I have just added a link to Editage Insights on the blog roll to the right of the front page. This is not quite an online tool as I define it, but definitely a useful ressource for researchers. This is how Editage describes this relatively new platform:
Editage Insights is a dynamic blog designed to educate authors, connect journal editors with authors and vice versa, and allow people to engage in discussion about key developments in the academic publishing industry. It is available in English, Simplified Chinese, Japanese, and Korean, and thus has a wide reach, especially in East Asia, an emerging research hub. Some of the key highlights Editage Insights offers are interviews with journal editors and industry experts, a Q&A forum for authors seeking advice on the publication process, and updates on training programs conducted by Editage.
The service is an initiative from Editage, a editing service specialized in scientific publishing.
PubChase has been busy these past few months. In addition to their literature recommendations search engine on desktop and mobile, they regularly invite researchers write assays on the story behind their latest publications. They now launched a new initiative that could have a strong impact by helping young scientists navigate in the sometimes troubled waters of academic life.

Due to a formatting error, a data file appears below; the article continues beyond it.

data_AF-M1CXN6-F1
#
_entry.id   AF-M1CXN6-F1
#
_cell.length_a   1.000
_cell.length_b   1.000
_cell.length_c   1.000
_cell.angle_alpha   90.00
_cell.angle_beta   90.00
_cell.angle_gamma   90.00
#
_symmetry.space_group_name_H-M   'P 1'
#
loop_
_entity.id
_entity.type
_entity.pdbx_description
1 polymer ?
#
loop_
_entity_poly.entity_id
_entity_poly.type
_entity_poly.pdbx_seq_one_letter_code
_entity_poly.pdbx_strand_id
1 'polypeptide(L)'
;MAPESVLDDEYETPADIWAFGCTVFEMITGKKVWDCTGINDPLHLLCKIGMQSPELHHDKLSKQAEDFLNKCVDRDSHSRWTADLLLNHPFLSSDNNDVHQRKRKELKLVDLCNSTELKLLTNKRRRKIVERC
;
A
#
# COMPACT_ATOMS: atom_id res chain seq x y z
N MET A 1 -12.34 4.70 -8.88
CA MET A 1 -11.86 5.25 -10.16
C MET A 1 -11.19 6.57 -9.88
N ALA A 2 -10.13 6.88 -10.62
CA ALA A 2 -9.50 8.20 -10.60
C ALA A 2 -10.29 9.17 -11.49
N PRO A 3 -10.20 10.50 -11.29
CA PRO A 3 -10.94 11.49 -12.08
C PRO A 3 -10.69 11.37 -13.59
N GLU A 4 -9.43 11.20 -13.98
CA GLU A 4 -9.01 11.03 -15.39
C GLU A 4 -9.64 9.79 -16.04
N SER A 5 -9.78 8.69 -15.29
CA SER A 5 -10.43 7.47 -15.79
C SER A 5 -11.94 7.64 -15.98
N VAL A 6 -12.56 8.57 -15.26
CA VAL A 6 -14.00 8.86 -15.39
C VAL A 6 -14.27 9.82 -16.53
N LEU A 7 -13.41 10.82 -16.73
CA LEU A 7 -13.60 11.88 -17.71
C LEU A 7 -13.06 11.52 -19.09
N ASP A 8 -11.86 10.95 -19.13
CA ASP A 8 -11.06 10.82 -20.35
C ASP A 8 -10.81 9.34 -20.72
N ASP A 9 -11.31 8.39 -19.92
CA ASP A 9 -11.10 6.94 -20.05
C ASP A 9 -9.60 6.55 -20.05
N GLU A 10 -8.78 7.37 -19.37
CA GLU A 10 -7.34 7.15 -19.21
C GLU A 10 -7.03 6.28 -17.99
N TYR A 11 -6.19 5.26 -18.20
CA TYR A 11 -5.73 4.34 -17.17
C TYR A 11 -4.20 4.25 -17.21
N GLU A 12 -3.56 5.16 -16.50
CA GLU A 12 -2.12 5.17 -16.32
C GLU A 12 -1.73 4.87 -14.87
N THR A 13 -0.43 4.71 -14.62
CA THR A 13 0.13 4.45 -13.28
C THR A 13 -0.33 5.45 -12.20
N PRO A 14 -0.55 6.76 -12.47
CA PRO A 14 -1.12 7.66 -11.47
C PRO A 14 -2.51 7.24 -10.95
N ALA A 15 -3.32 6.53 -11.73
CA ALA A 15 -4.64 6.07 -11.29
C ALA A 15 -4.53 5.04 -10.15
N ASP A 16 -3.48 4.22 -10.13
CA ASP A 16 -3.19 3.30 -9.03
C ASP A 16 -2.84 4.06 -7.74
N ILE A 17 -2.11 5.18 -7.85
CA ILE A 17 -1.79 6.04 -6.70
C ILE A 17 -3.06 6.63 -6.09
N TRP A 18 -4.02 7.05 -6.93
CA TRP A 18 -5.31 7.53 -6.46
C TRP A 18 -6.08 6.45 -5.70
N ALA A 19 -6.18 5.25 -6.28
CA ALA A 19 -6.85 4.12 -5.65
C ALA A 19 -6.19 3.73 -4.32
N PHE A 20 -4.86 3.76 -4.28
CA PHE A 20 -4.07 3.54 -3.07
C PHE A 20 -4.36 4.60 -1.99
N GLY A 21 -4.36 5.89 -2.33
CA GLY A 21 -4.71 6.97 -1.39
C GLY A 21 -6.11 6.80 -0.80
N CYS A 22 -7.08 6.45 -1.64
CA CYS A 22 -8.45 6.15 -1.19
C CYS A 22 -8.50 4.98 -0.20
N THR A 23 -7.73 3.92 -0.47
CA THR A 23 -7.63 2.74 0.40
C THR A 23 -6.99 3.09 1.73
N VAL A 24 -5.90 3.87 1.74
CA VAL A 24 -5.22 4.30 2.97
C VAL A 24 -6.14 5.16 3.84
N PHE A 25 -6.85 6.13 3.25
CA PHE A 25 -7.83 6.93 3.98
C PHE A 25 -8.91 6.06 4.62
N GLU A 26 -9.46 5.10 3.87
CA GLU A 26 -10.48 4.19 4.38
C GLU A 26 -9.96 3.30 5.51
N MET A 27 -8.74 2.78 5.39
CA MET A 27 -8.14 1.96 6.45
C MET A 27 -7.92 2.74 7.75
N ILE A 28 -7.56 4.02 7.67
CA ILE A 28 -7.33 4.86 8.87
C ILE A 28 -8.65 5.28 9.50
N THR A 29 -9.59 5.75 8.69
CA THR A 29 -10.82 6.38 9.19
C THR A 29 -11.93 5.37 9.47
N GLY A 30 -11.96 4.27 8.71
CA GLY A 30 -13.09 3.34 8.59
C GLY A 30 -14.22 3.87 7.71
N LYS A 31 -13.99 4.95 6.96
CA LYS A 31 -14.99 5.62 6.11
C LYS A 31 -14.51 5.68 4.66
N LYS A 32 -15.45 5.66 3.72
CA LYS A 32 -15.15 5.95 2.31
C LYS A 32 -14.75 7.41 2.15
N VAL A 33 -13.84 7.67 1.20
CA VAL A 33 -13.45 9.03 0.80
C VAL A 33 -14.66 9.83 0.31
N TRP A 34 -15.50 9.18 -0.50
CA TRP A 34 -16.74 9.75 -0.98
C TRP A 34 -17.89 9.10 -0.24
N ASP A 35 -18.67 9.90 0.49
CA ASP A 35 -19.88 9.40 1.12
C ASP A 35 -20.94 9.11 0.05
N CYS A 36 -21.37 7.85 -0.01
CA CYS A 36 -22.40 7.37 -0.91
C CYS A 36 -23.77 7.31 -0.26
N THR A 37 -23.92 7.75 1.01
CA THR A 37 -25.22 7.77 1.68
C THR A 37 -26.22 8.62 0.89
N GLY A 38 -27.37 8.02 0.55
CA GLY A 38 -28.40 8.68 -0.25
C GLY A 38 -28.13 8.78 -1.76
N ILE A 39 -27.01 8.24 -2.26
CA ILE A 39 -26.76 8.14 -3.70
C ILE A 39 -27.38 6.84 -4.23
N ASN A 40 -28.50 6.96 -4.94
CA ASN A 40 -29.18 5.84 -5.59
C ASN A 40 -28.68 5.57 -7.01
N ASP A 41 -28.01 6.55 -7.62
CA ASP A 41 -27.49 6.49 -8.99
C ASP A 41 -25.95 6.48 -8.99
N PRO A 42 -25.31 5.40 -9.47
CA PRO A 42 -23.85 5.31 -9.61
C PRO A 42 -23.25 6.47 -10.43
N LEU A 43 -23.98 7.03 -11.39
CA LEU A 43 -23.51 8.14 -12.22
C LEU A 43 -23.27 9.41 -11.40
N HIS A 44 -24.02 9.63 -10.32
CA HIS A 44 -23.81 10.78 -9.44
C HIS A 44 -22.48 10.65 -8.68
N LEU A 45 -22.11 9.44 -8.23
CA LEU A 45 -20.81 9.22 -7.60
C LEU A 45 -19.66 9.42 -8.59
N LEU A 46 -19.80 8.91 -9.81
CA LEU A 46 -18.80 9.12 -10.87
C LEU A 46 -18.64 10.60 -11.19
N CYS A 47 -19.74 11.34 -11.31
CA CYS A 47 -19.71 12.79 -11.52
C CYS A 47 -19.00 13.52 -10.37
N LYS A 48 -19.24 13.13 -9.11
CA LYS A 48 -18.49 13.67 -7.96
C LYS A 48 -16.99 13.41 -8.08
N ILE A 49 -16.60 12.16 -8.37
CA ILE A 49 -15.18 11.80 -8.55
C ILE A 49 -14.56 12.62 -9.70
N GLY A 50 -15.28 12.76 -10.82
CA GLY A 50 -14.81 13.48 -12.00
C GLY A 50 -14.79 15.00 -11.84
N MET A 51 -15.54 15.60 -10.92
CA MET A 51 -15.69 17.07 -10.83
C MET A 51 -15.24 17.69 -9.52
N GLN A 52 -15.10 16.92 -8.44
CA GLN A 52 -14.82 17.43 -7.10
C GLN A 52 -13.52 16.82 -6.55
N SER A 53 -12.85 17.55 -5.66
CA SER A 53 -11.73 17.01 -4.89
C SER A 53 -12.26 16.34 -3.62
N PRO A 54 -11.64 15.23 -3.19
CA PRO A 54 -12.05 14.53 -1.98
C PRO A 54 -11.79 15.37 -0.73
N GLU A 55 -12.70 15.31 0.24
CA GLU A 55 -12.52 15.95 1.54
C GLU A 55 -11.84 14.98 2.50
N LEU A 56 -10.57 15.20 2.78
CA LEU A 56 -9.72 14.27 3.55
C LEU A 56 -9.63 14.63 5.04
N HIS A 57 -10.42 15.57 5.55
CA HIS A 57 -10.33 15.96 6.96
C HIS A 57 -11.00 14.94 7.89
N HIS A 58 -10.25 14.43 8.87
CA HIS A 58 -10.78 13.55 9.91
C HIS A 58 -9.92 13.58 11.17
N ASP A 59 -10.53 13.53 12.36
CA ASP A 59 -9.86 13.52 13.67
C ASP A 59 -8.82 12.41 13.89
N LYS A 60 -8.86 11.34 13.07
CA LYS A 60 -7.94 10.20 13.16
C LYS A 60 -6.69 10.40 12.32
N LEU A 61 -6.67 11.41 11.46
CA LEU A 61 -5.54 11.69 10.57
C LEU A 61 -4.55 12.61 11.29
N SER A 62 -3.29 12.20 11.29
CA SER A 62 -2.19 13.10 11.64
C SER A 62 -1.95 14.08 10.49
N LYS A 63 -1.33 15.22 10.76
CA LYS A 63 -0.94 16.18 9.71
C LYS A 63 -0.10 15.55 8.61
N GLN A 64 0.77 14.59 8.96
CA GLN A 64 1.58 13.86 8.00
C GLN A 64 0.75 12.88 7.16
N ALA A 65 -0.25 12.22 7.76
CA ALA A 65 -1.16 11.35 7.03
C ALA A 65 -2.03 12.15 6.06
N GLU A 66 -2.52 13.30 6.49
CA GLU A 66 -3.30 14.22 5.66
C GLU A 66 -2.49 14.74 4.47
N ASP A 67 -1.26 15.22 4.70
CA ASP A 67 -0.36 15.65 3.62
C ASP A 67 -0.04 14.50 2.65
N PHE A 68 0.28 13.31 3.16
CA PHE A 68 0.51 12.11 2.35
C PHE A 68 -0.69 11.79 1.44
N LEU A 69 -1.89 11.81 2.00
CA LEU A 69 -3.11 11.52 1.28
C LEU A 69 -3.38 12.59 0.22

The new career advice forum is a semi-crowdsourced list of science career-related Q&A. PubChase has aligned a rather impressive panel of mentors that answer questions that anyone can ask. The motivation for the forum (as explained in this blog post) is to provide free and good quality mentoring for scientists and researchers. Too many young researchers are facing difficulties with their supervisors in part because academic scientific leaders often lack proper management training. PIs are also incredibly busy and giving career advice is often not on top of their list of priorities.
List of questions and answers on the PubChase career advice forum
The forum gives you advice about what should you do if, for the past 3 years, your advisor has been asking for one “last experiment” before you publish? Or how should you react if your PI has simultaneously handed the same project to you and another student in the lab At the moment, one question is being answered every week, eventually buildup up to be a repository of career advise accessible to all. PubChase Career Advice Forum